October 1st, 2021
Cyber expert lauds community college training
InTech Solutions CEO: 'Community colleges really prepare people for work'
Cybersecurity expert Leia Shilobod, who also chairs the Westmoreland County (Pa.) Community College Board of Trustees, lauded the education delivered by community colleges during her featured presentation at the Garrett County Chamber of Commerce Business Before Hours event. "The hands-on experience that you get at a community college is hard to beat," said Shilobod.
When Leia Shilobod talks about community colleges, she speaks from experience.
"Community colleges really prepare people for work," the InTech Solutions CEO told Tuesday morning's Garrett County Chamber of Commerce breakfast meeting at the Wisp Resort. Shilobod, a cyber security expert, was the featured speaker at the Chamber's annual Breakfast Before Hours Cybersecurity Update, sponsored this year by Garrett College and Premier Power Solutions.
"Most of the people who work for me came to my company as former community college students or as community college interns," said Shilobod, who also chairs the Westmoreland County (Pa.) Community College Board of Trustees. "The hands-on experience that you get at a community college is hard to beat."
Assistant Professor of Computer Science Rich Lewis, speaking on behalf of Garrett College, said a robust internship program provides GC students with real-world experience that helps students obtain post-graduate employment or continue on to four-year institutions.
"We've had quite a bit of success placing our students at the hospital [Garrett Regional Medical Center], First United [Bank & Trust], Leidos [Corporation], IBM, and other highly regarded employers," noted Lewis. "And we've had a lot of students interested in four-year degrees successfully transfer to outstanding institutions like Frostburg State University and UMGC [University of Maryland Global Campus]."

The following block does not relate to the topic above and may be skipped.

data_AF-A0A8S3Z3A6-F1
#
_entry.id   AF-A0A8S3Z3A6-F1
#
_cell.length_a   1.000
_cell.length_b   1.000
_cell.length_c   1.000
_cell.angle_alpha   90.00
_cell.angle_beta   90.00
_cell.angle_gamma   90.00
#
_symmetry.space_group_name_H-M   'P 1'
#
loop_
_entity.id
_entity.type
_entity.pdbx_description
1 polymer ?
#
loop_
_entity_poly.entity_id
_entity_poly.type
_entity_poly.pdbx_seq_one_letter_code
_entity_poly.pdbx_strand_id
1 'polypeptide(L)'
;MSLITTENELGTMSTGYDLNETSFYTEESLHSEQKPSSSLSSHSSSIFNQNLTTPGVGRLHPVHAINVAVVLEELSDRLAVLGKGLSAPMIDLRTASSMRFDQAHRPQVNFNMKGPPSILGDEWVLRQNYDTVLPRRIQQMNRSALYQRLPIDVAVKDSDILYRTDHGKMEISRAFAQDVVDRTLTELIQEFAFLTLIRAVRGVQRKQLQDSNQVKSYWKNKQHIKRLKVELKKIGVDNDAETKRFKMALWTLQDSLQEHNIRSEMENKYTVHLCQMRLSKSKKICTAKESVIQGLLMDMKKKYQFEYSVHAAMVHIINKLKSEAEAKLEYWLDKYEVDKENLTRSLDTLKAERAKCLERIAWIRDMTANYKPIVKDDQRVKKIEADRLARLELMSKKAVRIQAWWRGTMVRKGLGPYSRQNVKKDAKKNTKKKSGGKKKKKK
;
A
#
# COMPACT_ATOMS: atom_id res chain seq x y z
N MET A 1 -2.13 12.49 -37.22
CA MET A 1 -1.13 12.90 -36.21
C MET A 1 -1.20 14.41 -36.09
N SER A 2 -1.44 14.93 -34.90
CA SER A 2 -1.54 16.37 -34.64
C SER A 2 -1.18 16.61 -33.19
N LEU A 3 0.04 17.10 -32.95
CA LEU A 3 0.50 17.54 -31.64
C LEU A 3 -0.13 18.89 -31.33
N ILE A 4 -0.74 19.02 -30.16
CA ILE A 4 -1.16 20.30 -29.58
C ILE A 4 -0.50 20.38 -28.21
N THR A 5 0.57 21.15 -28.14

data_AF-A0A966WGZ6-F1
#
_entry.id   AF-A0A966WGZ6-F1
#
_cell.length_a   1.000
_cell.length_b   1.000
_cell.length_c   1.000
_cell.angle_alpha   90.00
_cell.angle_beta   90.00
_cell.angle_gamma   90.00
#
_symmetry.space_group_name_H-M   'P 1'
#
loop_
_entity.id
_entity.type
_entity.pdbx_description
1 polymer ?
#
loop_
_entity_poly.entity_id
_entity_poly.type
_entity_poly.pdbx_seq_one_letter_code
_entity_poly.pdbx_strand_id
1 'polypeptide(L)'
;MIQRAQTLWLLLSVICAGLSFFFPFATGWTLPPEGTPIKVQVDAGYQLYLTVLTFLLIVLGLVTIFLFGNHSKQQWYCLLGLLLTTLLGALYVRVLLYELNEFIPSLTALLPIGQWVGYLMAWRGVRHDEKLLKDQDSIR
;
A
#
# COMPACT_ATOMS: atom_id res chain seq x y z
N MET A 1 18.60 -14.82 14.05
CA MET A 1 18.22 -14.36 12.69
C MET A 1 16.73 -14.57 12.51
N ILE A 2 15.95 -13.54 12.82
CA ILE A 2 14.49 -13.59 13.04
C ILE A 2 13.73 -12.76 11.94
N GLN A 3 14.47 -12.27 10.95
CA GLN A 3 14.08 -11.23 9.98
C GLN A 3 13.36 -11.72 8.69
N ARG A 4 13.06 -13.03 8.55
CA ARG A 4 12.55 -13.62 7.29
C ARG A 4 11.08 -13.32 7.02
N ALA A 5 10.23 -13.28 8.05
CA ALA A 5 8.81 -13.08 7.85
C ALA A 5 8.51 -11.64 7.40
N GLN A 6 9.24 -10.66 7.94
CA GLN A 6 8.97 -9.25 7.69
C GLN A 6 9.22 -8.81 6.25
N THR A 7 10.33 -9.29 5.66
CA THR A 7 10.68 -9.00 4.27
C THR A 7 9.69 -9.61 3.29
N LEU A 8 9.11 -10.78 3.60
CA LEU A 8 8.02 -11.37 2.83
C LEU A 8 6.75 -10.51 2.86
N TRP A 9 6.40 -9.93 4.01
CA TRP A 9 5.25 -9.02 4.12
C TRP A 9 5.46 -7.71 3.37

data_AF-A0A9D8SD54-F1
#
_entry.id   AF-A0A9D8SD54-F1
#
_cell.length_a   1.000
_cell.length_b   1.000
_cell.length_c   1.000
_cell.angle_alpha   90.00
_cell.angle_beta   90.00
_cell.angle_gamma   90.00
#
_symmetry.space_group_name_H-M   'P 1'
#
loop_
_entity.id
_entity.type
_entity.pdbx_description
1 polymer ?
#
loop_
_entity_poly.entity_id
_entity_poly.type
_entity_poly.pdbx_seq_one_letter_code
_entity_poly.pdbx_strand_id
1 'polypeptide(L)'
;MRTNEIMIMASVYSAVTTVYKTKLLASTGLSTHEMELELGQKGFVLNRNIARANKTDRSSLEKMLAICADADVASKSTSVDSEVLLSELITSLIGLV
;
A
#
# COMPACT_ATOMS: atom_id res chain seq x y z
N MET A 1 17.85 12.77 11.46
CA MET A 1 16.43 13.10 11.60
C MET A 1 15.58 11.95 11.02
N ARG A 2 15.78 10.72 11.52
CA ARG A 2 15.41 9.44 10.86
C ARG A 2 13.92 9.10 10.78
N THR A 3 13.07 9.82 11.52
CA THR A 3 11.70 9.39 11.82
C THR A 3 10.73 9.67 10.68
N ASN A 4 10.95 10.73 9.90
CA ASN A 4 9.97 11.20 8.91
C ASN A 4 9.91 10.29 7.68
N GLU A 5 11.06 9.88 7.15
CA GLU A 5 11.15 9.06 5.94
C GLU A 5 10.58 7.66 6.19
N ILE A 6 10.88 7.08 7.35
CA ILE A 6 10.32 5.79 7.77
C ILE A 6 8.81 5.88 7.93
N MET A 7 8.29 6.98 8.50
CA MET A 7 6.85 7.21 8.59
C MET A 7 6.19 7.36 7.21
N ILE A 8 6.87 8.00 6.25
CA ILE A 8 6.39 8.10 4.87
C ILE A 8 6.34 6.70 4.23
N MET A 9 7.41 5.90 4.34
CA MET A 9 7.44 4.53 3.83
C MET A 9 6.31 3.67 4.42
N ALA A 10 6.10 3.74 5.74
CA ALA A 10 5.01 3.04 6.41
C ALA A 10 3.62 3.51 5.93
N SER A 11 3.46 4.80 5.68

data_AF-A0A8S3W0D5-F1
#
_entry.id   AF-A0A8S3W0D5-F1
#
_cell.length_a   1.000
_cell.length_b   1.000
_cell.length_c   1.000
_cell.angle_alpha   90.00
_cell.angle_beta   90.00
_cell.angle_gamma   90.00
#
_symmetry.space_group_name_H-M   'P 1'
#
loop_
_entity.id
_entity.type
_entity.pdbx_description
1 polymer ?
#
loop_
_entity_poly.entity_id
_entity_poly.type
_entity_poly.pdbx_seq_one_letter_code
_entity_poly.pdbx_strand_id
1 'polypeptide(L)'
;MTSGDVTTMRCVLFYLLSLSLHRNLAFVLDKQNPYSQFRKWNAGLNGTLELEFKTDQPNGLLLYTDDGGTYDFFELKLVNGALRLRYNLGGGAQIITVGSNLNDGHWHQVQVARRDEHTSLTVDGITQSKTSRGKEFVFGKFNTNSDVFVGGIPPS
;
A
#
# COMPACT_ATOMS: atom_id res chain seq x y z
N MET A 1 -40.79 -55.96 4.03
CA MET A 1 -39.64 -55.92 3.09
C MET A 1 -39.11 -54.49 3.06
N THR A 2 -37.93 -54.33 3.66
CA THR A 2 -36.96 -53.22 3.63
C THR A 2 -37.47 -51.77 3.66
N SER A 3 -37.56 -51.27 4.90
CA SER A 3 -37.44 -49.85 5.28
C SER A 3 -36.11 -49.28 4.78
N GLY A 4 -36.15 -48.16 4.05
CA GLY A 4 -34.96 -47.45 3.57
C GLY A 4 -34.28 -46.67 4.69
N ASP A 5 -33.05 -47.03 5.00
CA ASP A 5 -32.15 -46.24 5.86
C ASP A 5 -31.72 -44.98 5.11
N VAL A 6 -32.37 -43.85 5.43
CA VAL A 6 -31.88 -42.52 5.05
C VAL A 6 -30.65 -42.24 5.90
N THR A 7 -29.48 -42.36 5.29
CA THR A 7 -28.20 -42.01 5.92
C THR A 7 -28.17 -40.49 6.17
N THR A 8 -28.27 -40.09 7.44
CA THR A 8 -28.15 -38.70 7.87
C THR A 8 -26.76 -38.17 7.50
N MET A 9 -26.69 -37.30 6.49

Shilobod went on to provide the Business Before Hours audience with an update on cybersecurity dangers. Her main message – hackers are a bigger danger than ever before.
"The pandemic emboldened cyber hackers," said Shilobod, noting 1-in-5 small and mid-sized organizations are now annually victims of cyber crimes. "They're the low-hanging fruit – small businesses often don't encrypt their information and they often think they're too small to matter to cyber criminals."
Shilobod said the "number-one threat" to businesses are their own employees.
"Some employees do this maliciously and purposefully," said Shilobod. "But most of the time employees don't even recognize the potential ramifications of their actions – for example, installing a free and unsecured file-sharing application on their computer when they're not supposed to."
Ironically, a large amount of cyber-related losses aren't due to high-tech programs – they're the result of lax physical security.
"Seventy million smartphones are lost annually and only 7 percent are recovered," said Shilobod, adding that 80 percent of the cost of lost laptops is from data breaches. Shilobod said over half of stolen laptops are swiped from work and another quarter are stolen at conferences.
While most of Shilobod's presentation focused on business-related issues, Shilobod emphasized her top advice for individual cyber security.
"Invest in a password manager tool," Shilobod advised. "That's your biggest bang for your buck. And use long and secure passwords – 14 characters or more."